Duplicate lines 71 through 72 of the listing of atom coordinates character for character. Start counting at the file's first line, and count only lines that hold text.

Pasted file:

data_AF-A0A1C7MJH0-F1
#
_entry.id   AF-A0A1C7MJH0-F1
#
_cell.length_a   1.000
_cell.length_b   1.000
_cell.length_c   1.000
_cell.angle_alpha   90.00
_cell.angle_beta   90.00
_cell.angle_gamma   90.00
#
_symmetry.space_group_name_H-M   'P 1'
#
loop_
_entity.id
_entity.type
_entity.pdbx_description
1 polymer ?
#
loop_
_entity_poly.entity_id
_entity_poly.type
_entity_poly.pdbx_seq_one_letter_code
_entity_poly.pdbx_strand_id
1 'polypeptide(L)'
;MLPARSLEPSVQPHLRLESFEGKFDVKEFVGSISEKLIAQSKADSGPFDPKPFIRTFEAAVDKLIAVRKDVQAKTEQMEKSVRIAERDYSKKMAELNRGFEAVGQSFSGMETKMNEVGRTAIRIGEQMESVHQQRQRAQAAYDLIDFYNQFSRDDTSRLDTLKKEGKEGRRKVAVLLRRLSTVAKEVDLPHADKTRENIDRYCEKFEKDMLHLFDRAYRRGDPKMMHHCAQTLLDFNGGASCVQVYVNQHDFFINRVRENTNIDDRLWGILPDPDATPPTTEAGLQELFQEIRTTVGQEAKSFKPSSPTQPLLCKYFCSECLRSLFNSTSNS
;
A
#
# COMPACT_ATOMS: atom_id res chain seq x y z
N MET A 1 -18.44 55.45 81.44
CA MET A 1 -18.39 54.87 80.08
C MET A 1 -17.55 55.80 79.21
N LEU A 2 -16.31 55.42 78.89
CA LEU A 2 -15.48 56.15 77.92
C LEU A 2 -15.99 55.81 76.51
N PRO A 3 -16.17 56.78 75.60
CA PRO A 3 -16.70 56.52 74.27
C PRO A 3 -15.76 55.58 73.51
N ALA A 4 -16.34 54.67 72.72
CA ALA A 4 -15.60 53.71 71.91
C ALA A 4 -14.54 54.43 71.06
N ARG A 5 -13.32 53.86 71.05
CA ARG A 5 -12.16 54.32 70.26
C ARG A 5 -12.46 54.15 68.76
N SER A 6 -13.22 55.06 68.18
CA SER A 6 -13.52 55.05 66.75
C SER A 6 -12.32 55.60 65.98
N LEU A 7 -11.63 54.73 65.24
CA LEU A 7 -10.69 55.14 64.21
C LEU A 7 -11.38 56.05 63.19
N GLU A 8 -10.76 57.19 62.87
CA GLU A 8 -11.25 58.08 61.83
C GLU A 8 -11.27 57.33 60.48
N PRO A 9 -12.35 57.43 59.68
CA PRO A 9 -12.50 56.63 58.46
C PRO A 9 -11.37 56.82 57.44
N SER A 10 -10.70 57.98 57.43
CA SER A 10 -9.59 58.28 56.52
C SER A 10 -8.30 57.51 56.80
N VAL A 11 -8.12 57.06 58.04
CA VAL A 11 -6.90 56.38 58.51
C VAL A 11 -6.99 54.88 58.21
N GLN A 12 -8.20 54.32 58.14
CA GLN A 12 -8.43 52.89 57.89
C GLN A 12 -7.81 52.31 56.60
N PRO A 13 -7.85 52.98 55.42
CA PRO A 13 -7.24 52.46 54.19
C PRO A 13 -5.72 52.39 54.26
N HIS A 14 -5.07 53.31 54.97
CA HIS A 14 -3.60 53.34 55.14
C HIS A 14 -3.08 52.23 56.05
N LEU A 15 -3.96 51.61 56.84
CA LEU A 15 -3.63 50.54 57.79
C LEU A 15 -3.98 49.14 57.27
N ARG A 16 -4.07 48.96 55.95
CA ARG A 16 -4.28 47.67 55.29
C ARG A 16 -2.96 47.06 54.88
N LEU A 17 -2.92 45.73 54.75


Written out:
CA HIS A 14 -3.60 53.34 55.14
C HIS A 14 -3.08 52.23 56.05